Thank you Stream Team 2017!

Over the last few days we had an intrepid team of 10 volunteers join our stream team, rearrange their schedules to beat the oncoming rains, and conduct our 5th annual stream invertebrate survey of Vashon creeks. We finished exactly 1/2 an hour before the fall rains started!

Bianca holds a golden stonefly. Stoneflies are predators eating other invertebrates. They need cold, clean water and are one of the most important foods for salmon and trout. Some fishermen call these salmon flies. photo by: Laurel Saville

 Invertebrates in the creeks are like canaries in the coal mine for detecting the health of streams. They are food for salmon, trout, sculpin, and crayfish among others and different invertebrates are tolerant or intolerant to different stressors (for example temperature, pollution, desiccation). Knowing what animals are living in our creeks helps us know how to better take care of our watersheds. These surveys are long and involved and we absolutely couldn’t do them on the scale that we do without our community pitching in. Thank you!!!
Data for all past years is stored on:
We had many interesting finds this time and the stream teams were super fun to work with at all the creeks.
Here are some highlights:

–In Ellis, despite what looked like a good water level, a cursory look at the samples seemed to indicate very low levels of life. This was puzzling. We will see if this is true as we go through the samples more closely.

Pull! Pull! It’s all fun and games until someone gets their boots sucked off in the knee deep mud…well it’s still all fun and games really. This team was a hoot. photo by: Diane Emerson

–In Gorsuch, we were pleasantly surprised to find a healthy population of small trout. Rusty and Adria were able to catch one. Initially I labeled it a cutthroat as it had the distinctive slash on the throat. However, after turning a photo into the county fish biologist it appears there’s a chance it might be a cutbow which is a hybrid between a cutthroat and a rainbow. This would indicate that at some point this creek may have supported rainbows/steelhead or maybe still does.

It was THIS BIG! Say Adria and Rusty about the cutthroat trout they caught. While it is a little fish it is a super cool find. Last official record of trout in Gorsuch creek was 2001 so it’s great to know they are still around. Also, this might be a cutthroat/steelhead/rainbow trout hybrid as it has characteristics of both. This is significant because while there are stories from old-timers of steelhead in our creeks, there has never been a confirmed record. photo by: Bianca Perla

Small trout in Gorsuch creek. The slight orange chin slash identifies this as cutthroat. However the dorsal parr marks, the white tip of the dorsal that spans more than 3 fin rays, and the solid black outline on the adipose fin all identify this as rainbow/steelhead. Could we have a hybrid “cutbow”? This is a very small fish so it is really hard to tell but it is a possibility.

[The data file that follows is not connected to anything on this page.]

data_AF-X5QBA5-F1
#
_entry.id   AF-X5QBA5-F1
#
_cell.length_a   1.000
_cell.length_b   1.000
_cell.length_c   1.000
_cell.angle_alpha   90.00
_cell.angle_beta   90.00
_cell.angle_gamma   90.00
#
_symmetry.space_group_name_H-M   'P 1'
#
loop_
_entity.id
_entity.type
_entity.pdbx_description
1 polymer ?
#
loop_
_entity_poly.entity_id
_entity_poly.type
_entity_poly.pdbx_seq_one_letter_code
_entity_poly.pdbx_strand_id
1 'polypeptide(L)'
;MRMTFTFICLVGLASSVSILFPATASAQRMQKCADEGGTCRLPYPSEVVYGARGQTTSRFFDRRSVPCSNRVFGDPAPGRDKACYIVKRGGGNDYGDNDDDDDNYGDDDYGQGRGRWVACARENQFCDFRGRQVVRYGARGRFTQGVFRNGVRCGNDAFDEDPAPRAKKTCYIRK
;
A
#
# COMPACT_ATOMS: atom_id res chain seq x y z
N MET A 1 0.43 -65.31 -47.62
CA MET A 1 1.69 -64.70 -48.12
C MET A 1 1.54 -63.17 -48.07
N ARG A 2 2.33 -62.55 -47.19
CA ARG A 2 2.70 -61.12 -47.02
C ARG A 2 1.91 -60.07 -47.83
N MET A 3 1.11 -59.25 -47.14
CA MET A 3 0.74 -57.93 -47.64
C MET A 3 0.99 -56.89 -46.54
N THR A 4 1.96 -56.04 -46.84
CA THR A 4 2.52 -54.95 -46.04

–In Judd, we found a lot of life! Many caddisflies and stoneflies. This was balanced out with a heavy load of black flies (probably due to the higher temps in the water this year). However, overall the creek looked pretty good. It has consistently improved in quality since King County put logs in this stretch. We also found sculpin, small salmonids (we couldn’t catch them so don’t know whether they were salmon or trout), and a native signal crayfish in a deep pool!
–Plants: we found a small knotweed infestation on Gorsuch (this is highly invasive). In our other stream surveys we found significant patches of morning glory and holly. We will notify the proper management agencies to see if we can get these removed. We might be calling on the community for help if agencies are too booked or under-funded to get it done.
The samples from Ellis and Judd will make their way to the 6th grade science classrooms this fall where Vashon Nature Center scientists will work with students to sort and classify the samples. After this the samples classification is verified by a professional lab and data is uploaded onto the Puget Sound Stream Benthos database (link in text above).  This stream survey work and the classroom unit is supported by Schools Foundation, PIE, King County Groundwater Protection Committee, and the Rose Foundation.
Here is a photo album with more from our time on the creeks. Enjoy!
Thanks again to everyone for a great and productive trip to the streams. We could absolutely not do this on the scale that we do without the help of our community. Thank you for helping take care of our streams. 
We do this every year. If you’d like to be involved please email:

2 Comments on “Thank you Stream Team 2017!

  1. Adria looks so darned pleased with herself and that trout! Way to go.
    Thanks to everybody who participated. And a big thanks to the Nature Center for helping to protect and nurture this remarkable island of ours.

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